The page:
[101 NJ Page 571]

number so he could communicate with her. Respondent did not recall receiving this letter. Sometime in April 1983, Mrs. Fuchs' new attorney contacted Respondent who promised to forward the file. The attorney believed Respondent stated he had filed the State Inheritance Tax Return for the estate. By letter dated May 23, 1983, Mrs. Fuchs' attorney informed Respondent he had not received the promised copies of the Inheritance Tax Return. The letter further stated that Mrs. Fuchs intended to file a grievance with the District Ethics Committee, but would await Respondent's reply to the letter. Respondent, apparently, could not locate the file, but he failed to so inform Mrs. Fuchs' attorney. Her attorney re-created the file and filed all the necessary papers. He was never able to determine if the Inheritance Tax Return had been filed. The tax return was due on December 2, 1983. As a result of the late filing, the estate was penalized $101.95 in interest.

By letter dated June 16, 1983, Mrs. Fuchs asked the District Ethics Committee for assistance to recover her file from Respondent. Respondent did not reply to the Committee's letters of August 15, September 2 and 16 and December 12, 1983. A formal ethics complaint was filed against Respondent on May 9, 1984. At the Ethics Committee hearing, Respondent conceded that he had not properly handled the estate. He offered no excuse or defense for his inaction. Respondent expressed remorse for his conduct. The Committee concluded Respondent's conduct was unethical and violated DR 6-101(A)(1), DR 7-101(A)(2), and DR 1-103(B). The Committee recommended that Respondent be publicly disciplined.


Upon a review of the full record, the Board is satisfied that the conclusions of the District Ethics Committee in finding unethical conduct on the part of Respondent are fully supported by clear and convincing evidence.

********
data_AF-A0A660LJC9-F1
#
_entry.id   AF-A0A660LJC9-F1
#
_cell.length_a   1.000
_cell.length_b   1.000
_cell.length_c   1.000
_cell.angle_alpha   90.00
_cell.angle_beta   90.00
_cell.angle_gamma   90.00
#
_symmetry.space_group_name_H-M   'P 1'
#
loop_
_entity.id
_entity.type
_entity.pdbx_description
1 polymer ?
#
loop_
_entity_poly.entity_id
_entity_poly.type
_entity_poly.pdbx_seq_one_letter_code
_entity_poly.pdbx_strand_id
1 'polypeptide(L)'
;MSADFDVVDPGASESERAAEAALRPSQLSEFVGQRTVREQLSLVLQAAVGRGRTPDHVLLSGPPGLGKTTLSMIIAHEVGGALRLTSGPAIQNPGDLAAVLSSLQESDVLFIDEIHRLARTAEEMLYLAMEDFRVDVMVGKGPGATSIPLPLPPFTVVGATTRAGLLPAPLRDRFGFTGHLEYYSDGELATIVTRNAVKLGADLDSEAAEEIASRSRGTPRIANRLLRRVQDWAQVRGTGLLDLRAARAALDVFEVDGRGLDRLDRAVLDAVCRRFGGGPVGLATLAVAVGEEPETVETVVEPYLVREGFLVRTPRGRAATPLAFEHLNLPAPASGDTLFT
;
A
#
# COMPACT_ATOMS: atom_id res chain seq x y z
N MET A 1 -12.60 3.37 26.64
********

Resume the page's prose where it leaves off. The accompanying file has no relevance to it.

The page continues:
When Respondent was retained by Mrs. Fuchs, he owed her a duty to pursue her interests diligently. See Matter of

[101 NJ Page 572]

Schwartz, 99 N.J. 510, 518 (1985); Matter of Haft, 98 N.J. 1, 7 (1984); In re Goldstaub, 90 N.J. 1, 5 (1982). Respondent admits, and the record corroborates, that he disregarded his obligation to his client. Her repeated telephone calls to him went unanswered. As a result of Respondent's neglect, his client was required to retain the services of another attorney and the estate suffered an interest penalty. The Board finds Respondent was negligent in handling the estate, which constituted gross negligence, DR 6-101(A)(1), and failed to carry out a contract of employment, DR 7-101(A)(2).

Of grave concern to the Board is Respondent's failure to cooperate with the District Ethics Committee when it investigated the complaint against him. Respondent not only failed to reply to numerous letters sent to him before the formal complaint was filed, but, also, failed to file an answer to the complaint. An attorney is obligated to cooperate with a District Ethics Committee. In re Gavel, 22 N.J. 248, 263 (1956). Respondent's disrespect to an Ethics Committee, an arm of the Court, constitutes disrespect to the Supreme Court. In re Grinchis, 75 N.J. 495, 496 (1978).